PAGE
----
At the point when we were youngsters, my folks had no trouble taking care of my sister and I vegetables like an exemplary Filipino Upo Guisado Omelet — particularly in light of the fact that my dad developed upo (bottle gourd) in our lawn. In any case, when I had offspring of my own, it was a test to cause my children to eat vegetables, so I concocted ways they would appreciate them like this Tortilyang Upo, an omelet made of the sauteed container gourd.
Contrasted with my life as a youngster in the Philippines, where flavors were less complex and more fundamental in those days, my children experienced childhood in America where their palates were presented to a horde of tastes, fragrances and surfaces from different societies – on the grounds that all things considered, that is America, a mixture. Making sense of why they expected to eat vegetables past French Fries was extreme. Frequently, I needed to sneak in the veggies in imaginative ways. At times, I even brought to the table for a prize
Now that my children are developed, my tirelessness has paid off. They eat their vegetables without any inquiries posed. Far superior, they’ve become more wellbeing cognizant and embrace health as a lifestyle. Both my children grew up as special people with differing inclinations for food, yet by the day’s end the two of them incline toward preparing their own healthy dinners.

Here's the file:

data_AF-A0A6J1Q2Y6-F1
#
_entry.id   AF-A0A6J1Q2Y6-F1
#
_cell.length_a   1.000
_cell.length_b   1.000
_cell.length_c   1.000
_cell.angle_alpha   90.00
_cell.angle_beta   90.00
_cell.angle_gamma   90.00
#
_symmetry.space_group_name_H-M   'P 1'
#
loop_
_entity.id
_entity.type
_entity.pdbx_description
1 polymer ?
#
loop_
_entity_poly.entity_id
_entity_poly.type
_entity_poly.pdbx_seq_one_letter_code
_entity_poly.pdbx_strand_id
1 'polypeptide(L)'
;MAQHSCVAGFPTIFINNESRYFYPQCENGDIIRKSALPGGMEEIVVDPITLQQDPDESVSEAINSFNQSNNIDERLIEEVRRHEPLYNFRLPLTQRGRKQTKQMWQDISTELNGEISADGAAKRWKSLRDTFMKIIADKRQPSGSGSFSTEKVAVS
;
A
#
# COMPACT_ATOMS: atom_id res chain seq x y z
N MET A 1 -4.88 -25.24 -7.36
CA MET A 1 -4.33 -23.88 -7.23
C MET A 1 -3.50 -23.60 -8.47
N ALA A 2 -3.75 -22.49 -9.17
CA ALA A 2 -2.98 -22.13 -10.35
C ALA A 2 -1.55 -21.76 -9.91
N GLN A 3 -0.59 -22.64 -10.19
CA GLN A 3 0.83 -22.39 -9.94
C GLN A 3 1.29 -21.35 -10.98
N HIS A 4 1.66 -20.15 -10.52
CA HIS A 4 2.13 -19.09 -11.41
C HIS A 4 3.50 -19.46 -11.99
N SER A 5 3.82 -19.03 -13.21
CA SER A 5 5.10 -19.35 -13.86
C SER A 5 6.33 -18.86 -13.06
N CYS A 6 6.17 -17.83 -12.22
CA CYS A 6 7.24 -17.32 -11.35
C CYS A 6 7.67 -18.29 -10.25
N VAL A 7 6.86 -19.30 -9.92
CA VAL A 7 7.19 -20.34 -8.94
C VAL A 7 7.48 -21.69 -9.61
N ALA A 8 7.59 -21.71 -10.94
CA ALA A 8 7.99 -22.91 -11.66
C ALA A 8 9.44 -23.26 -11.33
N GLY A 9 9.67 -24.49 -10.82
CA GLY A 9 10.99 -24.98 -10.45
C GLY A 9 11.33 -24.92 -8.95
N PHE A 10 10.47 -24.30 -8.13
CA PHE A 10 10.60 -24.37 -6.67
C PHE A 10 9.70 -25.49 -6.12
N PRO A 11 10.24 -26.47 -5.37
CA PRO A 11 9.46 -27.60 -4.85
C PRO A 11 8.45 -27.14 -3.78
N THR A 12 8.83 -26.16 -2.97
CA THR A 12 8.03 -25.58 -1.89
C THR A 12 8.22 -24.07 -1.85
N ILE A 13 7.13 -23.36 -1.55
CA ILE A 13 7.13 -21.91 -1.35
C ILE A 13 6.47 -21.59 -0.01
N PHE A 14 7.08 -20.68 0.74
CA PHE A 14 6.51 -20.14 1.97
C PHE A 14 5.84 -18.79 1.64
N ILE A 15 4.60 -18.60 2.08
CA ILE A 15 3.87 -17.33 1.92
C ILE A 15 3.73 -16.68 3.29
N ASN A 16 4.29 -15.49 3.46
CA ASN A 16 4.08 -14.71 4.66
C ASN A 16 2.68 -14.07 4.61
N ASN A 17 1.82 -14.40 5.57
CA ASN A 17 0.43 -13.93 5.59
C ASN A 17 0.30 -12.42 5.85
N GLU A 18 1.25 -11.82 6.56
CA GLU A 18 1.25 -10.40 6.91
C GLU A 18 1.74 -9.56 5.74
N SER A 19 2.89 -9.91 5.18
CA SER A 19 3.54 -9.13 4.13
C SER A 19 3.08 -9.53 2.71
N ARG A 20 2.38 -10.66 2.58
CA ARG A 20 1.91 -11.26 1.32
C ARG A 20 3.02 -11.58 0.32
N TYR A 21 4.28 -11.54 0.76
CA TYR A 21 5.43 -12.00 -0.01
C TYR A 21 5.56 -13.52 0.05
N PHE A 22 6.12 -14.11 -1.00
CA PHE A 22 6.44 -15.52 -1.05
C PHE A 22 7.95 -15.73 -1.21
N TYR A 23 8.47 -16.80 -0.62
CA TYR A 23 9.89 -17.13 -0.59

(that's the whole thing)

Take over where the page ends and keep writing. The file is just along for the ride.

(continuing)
One thing my more youthful child was captivated with when he was little was the jug gourd or upo (say “ooh-poh”) as we call it in the Philippines. I frequently recounted how the gourd, developing from a plant, assumed the state of a jug that was hung close to it.
I let my child know that when I was a youngster, I thought the upo filling in our terrace seemed to be a strong play club due to its length – around 12 to 14 inches. When the upo was collected, the upo felt weighty in my arms. As a patio vegetable, my mom had numerous recipes for upo. I recall well the upo guisado – sautéed in garlic, onions, tomatoes. When I heard the sizzle of the garlic and onions and smelled the fragrance of the patis (fish sauce) utilized for preparing, I knew lunch or supper would be prepared soon.
I found upo in the Asian business sectors last week and I was glad I could make my most loved guisado recipe. I made it a stride further and prepared a few eggs till they were light and cushy. Then I poured the beaten eggs around the skillet where the sautéed upo was stewing. The outcome was a glorious omelet, as light as a cloud, yet wet and flavorful enough to appreciate with a bowl of bubbled white rice.
I cut the ‘tortilyang upo’ as my mother called it and the brilliant yellow omelet encasing the light green shapes of gourd flickered enticingly. I put the omelet piece on a bed of rice on my plate and the consoling fragrance of the cooked eggs with the sautéed vegetables was all I expected to cause things to appear to be OK at this time in our present reality.